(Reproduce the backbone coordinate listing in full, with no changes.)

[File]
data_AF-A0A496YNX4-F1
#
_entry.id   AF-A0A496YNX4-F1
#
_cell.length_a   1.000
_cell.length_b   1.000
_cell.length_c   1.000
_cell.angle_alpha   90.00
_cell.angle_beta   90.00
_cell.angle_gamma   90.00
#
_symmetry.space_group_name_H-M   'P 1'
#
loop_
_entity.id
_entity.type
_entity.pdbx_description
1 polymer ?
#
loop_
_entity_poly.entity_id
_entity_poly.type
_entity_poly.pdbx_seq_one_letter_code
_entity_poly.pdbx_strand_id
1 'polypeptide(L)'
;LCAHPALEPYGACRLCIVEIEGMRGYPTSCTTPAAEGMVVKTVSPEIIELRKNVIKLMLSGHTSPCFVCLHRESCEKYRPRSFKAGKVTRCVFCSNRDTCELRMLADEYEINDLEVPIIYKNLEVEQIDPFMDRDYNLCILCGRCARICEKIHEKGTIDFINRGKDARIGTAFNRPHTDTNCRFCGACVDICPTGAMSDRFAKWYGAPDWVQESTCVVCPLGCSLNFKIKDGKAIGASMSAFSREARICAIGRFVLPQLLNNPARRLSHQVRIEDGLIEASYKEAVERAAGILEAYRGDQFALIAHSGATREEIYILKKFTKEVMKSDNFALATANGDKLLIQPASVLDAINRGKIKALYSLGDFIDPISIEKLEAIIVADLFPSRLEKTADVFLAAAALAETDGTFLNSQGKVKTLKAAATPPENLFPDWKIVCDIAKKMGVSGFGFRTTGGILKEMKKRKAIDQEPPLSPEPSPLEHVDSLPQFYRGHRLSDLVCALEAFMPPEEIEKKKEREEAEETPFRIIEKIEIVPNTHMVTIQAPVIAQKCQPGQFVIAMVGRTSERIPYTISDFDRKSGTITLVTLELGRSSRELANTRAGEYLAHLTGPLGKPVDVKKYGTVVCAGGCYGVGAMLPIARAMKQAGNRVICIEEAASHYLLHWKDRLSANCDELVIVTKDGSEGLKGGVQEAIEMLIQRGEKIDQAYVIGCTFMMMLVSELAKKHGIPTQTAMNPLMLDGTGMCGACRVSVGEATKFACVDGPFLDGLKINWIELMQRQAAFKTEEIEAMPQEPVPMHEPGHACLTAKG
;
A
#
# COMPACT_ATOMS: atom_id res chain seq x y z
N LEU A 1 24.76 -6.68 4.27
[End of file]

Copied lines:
data_AF-A0A496YNX4-F1
#
_entry.id   AF-A0A496YNX4-F1
#
_cell.length_a   1.000
_cell.length_b   1.000
_cell.length_c   1.000
_cell.angle_alpha   90.00
_cell.angle_beta   90.00
_cell.angle_gamma   90.00
#
_symmetry.space_group_name_H-M   'P 1'
#
loop_
_entity.id
_entity.type
_entity.pdbx_description
1 polymer ?
#
loop_
_entity_poly.entity_id
_entity_poly.type
_entity_poly.pdbx_seq_one_letter_code
_entity_poly.pdbx_strand_id
1 'polypeptide(L)'
;LCAHPALEPYGACRLCIVEIEGMRGYPTSCTTPAAEGMVVKTVSPEIIELRKNVIKLMLSGHTSPCFVCLHRESCEKYRPRSFKAGKVTRCVFCSNRDTCELRMLADEYEINDLEVPIIYKNLEVEQIDPFMDRDYNLCILCGRCARICEKIHEKGTIDFINRGKDARIGTAFNRPHTDTNCRFCGACVDICPTGAMSDRFAKWYGAPDWVQESTCVVCPLGCSLNFKIKDGKAIGASMSAFSREARICAIGRFVLPQLLNNPARRLSHQVRIEDGLIEASYKEAVERAAGILEAYRGDQFALIAHSGATREEIYILKKFTKEVMKSDNFALATANGDKLLIQPASVLDAINRGKIKALYSLGDFIDPISIEKLEAIIVADLFPSRLEKTADVFLAAAALAETDGTFLNSQGKVKTLKAAATPPENLFPDWKIVCDIAKKMGVSGFGFRTTGGILKEMKKRKAIDQEPPLSPEPSPLEHVDSLPQFYRGHRLSDLVCALEAFMPPEEIEKKKEREEAEETPFRIIEKIEIVPNTHMVTIQAPVIAQKCQPGQFVIAMVGRTSERIPYTISDFDRKSGTITLVTLELGRSSRELANTRAGEYLAHLTGPLGKPVDVKKYGTVVCAGGCYGVGAMLPIARAMKQAGNRVICIEEAASHYLLHWKDRLSANCDELVIVTKDGSEGLKGGVQEAIEMLIQRGEKIDQAYVIGCTFMMMLVSELAKKHGIPTQTAMNPLMLDGTGMCGACRVSVGEATKFACVDGPFLDGLKINWIELMQRQAAFKTEEIEAMPQEPVPMHEPGHACLTAKG
;
A
#
# COMPACT_ATOMS: atom_id res chain seq x y z
N LEU A 1 24.76 -6.68 4.27